Climatic Change

, Volume 119, Issue 2, pp 495–509 | Cite as

Understanding and enhancing climate information use in water management



This paper expands our understanding of water manager's climate information (CI) use and of the effectiveness of interactive research efforts in improving use by quantitatively measuring usability both within and outside the interactive research model. Using a mixed method approach (i.e., interviews and surveys), data was collected across five states and hundreds of water managers to understand the production of CI by scientists at two Regional Integrated Sciences and Assessments (RISAs) employing an interactive approach and the use of that information by water managers in the corresponding RISA regions. This study finds that RISAs are effective in three important ways: first, in co-producing usable information and achieving a high rate of information use among RISA clients; second, in overcoming barriers to information use arising from negative perceptions about the usability and reliability of CI; and, finally, in fostering innovation. RISA information use is contingent on sustained scientist-client interaction and is enabled by users' willingness and capacity making RISAs most effective in reaching the largest, most capable users. These users and those who use CI from other sources do so as a strategy to manage risk. This research suggests areas for enhancing RISA CI uptake: structuring RISAs as consortia, cultivating relationships with knowledge brokers and capitalizing on existing knowledge networks, and increasing public education and outreach. Beyond the interactive research models, findings suggest CI uptake may be enhanced by building capabilities for long-term water planning at water systems and bolstering public science citizenship and climate literacy.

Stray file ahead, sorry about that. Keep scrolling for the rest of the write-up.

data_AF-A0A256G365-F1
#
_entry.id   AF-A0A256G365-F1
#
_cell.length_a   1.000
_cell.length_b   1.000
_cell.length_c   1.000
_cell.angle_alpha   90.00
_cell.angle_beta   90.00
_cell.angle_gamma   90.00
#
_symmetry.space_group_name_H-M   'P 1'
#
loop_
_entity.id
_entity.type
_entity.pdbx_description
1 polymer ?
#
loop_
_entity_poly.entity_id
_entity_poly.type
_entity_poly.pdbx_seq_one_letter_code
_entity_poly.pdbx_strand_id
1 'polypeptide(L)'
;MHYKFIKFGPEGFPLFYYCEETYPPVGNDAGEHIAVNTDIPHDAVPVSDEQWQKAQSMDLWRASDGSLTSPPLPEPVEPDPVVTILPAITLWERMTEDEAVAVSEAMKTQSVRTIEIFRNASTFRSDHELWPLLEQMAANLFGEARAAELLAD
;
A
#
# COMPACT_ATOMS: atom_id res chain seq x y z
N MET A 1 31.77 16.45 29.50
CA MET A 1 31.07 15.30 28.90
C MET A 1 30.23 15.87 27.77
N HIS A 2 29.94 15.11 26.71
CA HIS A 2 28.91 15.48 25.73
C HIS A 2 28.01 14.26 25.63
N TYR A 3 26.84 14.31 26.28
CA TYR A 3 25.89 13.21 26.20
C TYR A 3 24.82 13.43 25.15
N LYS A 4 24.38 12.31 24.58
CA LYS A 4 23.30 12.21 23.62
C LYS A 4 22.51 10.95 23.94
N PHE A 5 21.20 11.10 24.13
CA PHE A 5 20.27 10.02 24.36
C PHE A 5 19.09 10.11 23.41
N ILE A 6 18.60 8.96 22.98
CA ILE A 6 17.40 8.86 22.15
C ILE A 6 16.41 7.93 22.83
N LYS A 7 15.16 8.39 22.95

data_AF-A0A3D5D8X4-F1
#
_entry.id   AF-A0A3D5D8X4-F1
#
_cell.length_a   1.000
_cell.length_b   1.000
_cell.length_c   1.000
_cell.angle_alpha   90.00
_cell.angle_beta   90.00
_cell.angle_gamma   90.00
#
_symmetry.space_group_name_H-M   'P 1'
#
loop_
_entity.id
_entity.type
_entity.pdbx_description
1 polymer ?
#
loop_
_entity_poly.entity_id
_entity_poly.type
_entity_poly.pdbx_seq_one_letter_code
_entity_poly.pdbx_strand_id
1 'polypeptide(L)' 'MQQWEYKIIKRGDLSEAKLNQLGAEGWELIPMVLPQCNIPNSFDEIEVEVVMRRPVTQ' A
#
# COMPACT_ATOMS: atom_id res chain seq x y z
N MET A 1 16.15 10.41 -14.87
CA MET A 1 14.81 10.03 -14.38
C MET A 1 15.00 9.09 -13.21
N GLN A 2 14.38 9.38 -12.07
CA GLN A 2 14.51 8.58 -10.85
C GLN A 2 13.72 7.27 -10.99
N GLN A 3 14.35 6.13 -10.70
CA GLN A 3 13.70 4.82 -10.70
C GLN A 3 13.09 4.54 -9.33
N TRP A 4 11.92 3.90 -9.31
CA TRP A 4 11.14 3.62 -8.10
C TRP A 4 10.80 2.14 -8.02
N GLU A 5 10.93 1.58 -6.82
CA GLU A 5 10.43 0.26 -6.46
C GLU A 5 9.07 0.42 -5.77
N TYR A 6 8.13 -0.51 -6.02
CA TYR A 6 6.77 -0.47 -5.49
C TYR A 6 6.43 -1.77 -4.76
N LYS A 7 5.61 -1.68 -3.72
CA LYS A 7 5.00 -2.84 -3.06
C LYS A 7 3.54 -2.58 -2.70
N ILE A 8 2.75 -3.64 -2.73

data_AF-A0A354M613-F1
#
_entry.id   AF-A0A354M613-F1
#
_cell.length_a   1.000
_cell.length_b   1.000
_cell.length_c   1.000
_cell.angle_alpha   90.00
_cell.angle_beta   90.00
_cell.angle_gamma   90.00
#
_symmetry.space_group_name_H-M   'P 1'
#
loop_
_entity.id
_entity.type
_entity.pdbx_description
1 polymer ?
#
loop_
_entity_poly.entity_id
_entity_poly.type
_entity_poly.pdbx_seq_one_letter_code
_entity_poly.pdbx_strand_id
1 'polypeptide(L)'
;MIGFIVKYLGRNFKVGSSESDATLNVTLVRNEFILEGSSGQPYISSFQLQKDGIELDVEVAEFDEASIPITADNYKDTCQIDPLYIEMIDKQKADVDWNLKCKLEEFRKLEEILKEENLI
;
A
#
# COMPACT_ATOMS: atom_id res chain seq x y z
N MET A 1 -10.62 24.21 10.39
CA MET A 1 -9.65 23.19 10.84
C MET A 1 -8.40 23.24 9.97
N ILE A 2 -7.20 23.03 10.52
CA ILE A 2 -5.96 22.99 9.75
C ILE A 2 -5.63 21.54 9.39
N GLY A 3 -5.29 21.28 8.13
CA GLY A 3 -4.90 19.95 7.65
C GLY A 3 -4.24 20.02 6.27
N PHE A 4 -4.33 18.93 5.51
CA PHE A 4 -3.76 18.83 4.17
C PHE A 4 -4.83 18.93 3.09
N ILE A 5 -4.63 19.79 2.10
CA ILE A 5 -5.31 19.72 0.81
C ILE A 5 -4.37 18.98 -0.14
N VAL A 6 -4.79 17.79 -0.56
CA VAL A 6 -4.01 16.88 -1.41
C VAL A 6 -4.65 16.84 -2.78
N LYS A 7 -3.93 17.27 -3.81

Supplementary material

10584_2013_703_MOESM1_ESM.docx (26 kb)
Online Resource 1Results of logistic regression model of RISA Use regressed on water source, natural log population served, collaboration, information sources, distance, endangered species/instream (IS) flows, and drought. (DOCX 25 kb)
10584_2013_703_MOESM2_ESM.docx (24 kb)
Online Resource 2Final Regression Model with Log Odds, Standard Errors, and Confidence Intervals (DOCX 24 kb)


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Copyright information

© Springer Science+Business Media Dordrecht 2013

Authors and Affiliations

  1. 1.School of Natural Resources and EnvironmentUniversity of MichiganAnn ArborUSA

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